For those that are not familiar with the subject of conflict resolution, the usual question is whether conflict resolution is a part of law, or whether law is a part of conflict resolution? This questions seems to be analogous to the eternal debateconcerning the chick and the egg, which came first. The relevant fact is not on which is embedded in the other, but rather the fact that they compliment each other in the systemic administrationand the desire to obtain justice for all. There are issues that can only be resolved by the law courts, and such issues ought go to the courts for resolution. There are others that however no matter what the decision of the court is, will work injustice; those have no place in our formal legal system, but ought to be consigned to the realm of conflict resolution. Again, there is the issue of choice, which is a very important protected right of the citizenry. Every one ought to have a choice as to how they wantthsir conflicts resolved, whether through the law courts or through the informal processes of conflict resolution.
6 Answers | Add Yours
For starters, science has now definitively settled that the egg came first as the DNA is encoded in the shell!
the usual question is whether conflict resolution is a part of law, or whether law is a part of conflict resolution?
While conflict resolution may be part of the law, the law is greater than conflict resolution as the law also address punishment and liberty. These elements are generally not considered to be directly apparent components of conflict resolution.
Consider binding arbitration in labor contracts/disputes or in civil lawsuits. While I agree with another poster that for some/most criminal offenses, the defendant shouldn't have a choice about how their case is settled, the conflict resolution for civil maters has been quite successful, and I would say much more efficient that the court system in most cases.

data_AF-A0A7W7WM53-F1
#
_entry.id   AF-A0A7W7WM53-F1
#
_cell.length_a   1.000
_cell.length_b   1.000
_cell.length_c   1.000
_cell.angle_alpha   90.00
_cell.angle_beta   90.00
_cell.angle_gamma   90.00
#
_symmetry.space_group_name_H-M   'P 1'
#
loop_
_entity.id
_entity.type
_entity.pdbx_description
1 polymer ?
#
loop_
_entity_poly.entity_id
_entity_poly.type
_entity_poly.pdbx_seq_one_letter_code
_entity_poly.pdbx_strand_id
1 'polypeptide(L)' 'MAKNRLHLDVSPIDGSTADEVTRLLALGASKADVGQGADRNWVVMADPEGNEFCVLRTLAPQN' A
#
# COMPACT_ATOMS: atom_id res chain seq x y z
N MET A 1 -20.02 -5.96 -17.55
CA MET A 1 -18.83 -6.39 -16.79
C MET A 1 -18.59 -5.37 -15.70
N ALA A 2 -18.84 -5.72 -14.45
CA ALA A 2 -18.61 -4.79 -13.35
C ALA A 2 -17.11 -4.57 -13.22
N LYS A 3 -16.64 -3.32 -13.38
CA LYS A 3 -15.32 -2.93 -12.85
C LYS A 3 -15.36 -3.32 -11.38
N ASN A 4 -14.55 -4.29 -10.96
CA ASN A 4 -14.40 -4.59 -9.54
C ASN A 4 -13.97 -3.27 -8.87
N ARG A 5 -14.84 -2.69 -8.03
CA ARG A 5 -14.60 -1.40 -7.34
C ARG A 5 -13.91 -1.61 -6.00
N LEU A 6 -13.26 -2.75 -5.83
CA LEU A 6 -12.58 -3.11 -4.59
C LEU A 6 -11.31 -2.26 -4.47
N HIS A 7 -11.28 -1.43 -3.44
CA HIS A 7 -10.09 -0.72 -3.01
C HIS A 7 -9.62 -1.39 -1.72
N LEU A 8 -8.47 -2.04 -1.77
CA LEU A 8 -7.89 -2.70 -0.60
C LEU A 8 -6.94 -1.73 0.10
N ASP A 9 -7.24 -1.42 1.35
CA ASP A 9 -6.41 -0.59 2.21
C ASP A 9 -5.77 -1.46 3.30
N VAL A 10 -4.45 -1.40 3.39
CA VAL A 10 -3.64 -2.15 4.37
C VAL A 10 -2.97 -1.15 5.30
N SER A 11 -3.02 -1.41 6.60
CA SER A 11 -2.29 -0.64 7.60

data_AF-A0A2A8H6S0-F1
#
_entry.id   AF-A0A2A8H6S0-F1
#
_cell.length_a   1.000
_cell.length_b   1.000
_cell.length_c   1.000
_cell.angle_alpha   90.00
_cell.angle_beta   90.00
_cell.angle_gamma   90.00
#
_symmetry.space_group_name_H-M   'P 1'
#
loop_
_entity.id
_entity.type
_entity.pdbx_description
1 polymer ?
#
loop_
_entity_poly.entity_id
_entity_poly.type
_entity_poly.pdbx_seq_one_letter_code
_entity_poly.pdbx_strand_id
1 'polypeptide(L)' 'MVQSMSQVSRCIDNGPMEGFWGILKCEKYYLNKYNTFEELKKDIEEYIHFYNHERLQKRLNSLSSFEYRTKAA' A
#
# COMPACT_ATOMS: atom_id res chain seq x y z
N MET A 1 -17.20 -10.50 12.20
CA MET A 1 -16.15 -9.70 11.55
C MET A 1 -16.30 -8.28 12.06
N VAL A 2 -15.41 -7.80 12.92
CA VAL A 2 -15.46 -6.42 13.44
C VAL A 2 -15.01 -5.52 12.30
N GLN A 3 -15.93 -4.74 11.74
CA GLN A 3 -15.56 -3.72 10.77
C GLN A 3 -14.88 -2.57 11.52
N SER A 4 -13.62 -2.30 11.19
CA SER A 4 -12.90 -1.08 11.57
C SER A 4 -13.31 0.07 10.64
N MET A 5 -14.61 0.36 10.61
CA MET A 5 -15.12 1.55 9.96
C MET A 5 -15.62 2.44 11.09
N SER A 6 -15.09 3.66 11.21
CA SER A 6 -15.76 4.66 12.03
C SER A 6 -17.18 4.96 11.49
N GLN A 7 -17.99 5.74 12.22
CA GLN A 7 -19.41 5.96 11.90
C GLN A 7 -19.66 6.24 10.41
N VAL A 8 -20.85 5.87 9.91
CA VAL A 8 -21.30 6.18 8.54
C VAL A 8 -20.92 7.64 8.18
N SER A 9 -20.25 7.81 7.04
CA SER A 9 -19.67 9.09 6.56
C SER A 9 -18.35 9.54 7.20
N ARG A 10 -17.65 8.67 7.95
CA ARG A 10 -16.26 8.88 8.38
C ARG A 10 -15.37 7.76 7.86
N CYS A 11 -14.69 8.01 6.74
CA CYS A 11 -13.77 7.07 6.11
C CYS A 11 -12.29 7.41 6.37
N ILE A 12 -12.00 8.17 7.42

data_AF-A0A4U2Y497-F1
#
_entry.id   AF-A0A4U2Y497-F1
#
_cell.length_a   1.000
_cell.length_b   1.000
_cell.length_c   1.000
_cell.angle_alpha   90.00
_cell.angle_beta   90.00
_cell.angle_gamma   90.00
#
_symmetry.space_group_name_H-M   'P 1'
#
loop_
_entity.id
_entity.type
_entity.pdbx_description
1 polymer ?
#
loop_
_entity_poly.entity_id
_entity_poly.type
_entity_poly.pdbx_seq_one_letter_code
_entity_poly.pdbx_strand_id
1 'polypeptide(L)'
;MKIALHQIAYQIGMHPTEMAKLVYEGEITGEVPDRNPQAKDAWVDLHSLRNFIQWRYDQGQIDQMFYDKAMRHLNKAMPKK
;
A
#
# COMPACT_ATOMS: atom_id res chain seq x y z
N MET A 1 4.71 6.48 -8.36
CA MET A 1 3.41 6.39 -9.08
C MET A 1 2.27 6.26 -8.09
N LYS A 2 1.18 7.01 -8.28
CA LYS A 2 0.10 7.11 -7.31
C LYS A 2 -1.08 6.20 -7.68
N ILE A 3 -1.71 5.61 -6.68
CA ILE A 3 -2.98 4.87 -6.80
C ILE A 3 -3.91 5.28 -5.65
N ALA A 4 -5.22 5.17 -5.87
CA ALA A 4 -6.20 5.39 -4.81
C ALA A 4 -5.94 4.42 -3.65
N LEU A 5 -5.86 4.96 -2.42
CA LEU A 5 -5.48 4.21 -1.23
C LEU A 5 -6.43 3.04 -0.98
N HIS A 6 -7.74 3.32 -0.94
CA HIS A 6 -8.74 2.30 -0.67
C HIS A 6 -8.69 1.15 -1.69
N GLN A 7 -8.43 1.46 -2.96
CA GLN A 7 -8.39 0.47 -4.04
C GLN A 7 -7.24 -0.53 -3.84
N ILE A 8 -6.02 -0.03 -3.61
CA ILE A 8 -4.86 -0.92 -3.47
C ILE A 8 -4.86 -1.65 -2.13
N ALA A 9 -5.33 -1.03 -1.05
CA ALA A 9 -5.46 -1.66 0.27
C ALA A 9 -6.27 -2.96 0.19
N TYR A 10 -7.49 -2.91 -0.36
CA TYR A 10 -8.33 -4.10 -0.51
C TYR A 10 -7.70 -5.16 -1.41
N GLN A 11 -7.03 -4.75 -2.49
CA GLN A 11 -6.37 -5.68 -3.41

The law, of course, has allowed for/created the system of arbitration for conflict resolution, so we're back to your chicken and egg argument.
Law is essential in the conflict resolution process because some conflicts are really created out of malice or in hopes of changing rules that are in place and are already effective.
For example, a lot of people make grievances concerning their working conditions. However, their working conditions are not unhealthy, dangerous, nor invasive: Just tedious or not as satisfactory as they thought. Hence, they blame their anger on something or someone else and bring up a grievance. If there aren't any laws to control the extend to which a grievance should be considered valid, then everyone would have a free lead to start whatever they want. Therefore, while conflict resolution should be conducted taking into consideration the importance of the legal procedures, the act itself should abide by the parameters suggested by a court of law.
I think mediation is a great idea. Often when courts get involved the judgement is legal, but not necessarily fair. Mediation ensures that other factors besides legal ones are considered. There is a more human element to this, as far as I am concerned.
Perhaps everyone ought to have a choice, but that's not always possible. For example, when two people are getting divorced, who gets to pick? In any legal dispute, it would surely be possible for one party to want conflict resolution while the other wanted a court. Who, then, gets to choosse?
I agree with you on many of your points, except for one: "Every one ought to have a choice as to how they want their conflicts resolved." I find this option, for some offenders, to be non-negotiable. Some people, involved in conflict resolution, do not merit the choice of existing within the court or outside. My feeling is that once a person commits specific crimes (conflicts against society because of a conflict with society) they should not be rewarded by allowing to choose the "venue" by which the conflict resolution is to take place. There are simply certain crimes which a person gives up specific rights (not those to be tried of course) given the nature of the crime.
We’ve answered 319,661 questions. We can answer yours, too.Ask a question